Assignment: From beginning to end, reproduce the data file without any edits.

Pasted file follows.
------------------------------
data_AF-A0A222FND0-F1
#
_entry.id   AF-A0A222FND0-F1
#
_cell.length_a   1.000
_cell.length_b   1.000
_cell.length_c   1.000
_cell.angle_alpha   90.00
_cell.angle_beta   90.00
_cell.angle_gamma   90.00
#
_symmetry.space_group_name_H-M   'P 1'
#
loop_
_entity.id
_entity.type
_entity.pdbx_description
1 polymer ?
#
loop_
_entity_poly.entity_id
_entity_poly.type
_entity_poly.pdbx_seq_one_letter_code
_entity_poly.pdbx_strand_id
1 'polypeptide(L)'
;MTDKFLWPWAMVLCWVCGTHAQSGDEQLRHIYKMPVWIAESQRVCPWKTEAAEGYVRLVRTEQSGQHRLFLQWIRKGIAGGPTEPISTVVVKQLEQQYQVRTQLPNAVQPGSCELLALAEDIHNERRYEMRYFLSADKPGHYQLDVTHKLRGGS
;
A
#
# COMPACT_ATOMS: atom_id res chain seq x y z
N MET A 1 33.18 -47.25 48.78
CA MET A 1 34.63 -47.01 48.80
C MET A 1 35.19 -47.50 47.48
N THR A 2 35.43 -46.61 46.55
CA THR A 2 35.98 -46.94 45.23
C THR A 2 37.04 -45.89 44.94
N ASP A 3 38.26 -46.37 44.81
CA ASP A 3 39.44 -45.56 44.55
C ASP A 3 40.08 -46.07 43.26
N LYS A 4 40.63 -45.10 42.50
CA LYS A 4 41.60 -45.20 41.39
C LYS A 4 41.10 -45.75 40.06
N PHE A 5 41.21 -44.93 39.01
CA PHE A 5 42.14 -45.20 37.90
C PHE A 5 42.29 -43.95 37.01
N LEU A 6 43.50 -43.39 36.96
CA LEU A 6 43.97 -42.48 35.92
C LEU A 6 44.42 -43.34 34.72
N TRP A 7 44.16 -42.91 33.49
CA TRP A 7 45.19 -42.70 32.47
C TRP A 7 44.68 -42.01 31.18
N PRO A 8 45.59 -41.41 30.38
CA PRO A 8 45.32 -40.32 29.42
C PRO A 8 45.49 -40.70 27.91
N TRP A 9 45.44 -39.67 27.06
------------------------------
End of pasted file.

data_AF-A0A222FND0-F1
#
_entry.id   AF-A0A222FND0-F1
#
_cell.length_a   1.000
_cell.length_b   1.000
_cell.length_c   1.000
_cell.angle_alpha   90.00
_cell.angle_beta   90.00
_cell.angle_gamma   90.00
#
_symmetry.space_group_name_H-M   'P 1'
#
loop_
_entity.id
_entity.type
_entity.pdbx_description
1 polymer ?
#
loop_
_entity_poly.entity_id
_entity_poly.type
_entity_poly.pdbx_seq_one_letter_code
_entity_poly.pdbx_strand_id
1 'polypeptide(L)'
;MTDKFLWPWAMVLCWVCGTHAQSGDEQLRHIYKMPVWIAESQRVCPWKTEAAEGYVRLVRTEQSGQHRLFLQWIRKGIAGGPTEPISTVVVKQLEQQYQVRTQLPNAVQPGSCELLALAEDIHNERRYEMRYFLSADKPGHYQLDVTHKLRGGS
;
A
#
# COMPACT_ATOMS: atom_id res chain seq x y z
N MET A 1 33.18 -47.25 48.78
CA MET A 1 34.63 -47.01 48.80
C MET A 1 35.19 -47.50 47.48
N THR A 2 35.43 -46.61 46.55
CA THR A 2 35.98 -46.94 45.23
C THR A 2 37.04 -45.89 44.94
N ASP A 3 38.26 -46.37 44.81
CA ASP A 3 39.44 -45.56 44.55
C ASP A 3 40.08 -46.07 43.26
N LYS A 4 40.63 -45.10 42.50
CA LYS A 4 41.60 -45.20 41.39
C LYS A 4 41.10 -45.75 40.06
N PHE A 5 41.21 -44.93 39.01
CA PHE A 5 42.14 -45.20 37.90
C PHE A 5 42.29 -43.95 37.01
N LEU A 6 43.50 -43.39 36.96
CA LEU A 6 43.97 -42.48 35.92
C LEU A 6 44.42 -43.34 34.72
N TRP A 7 44.16 -42.91 33.49
CA TRP A 7 45.19 -42.70 32.47
C TRP A 7 44.68 -42.01 31.18
N PRO A 8 45.59 -41.41 30.38
CA PRO A 8 45.32 -40.32 29.42
C PRO A 8 45.49 -40.70 27.91
N TRP A 9 45.44 -39.67 27.06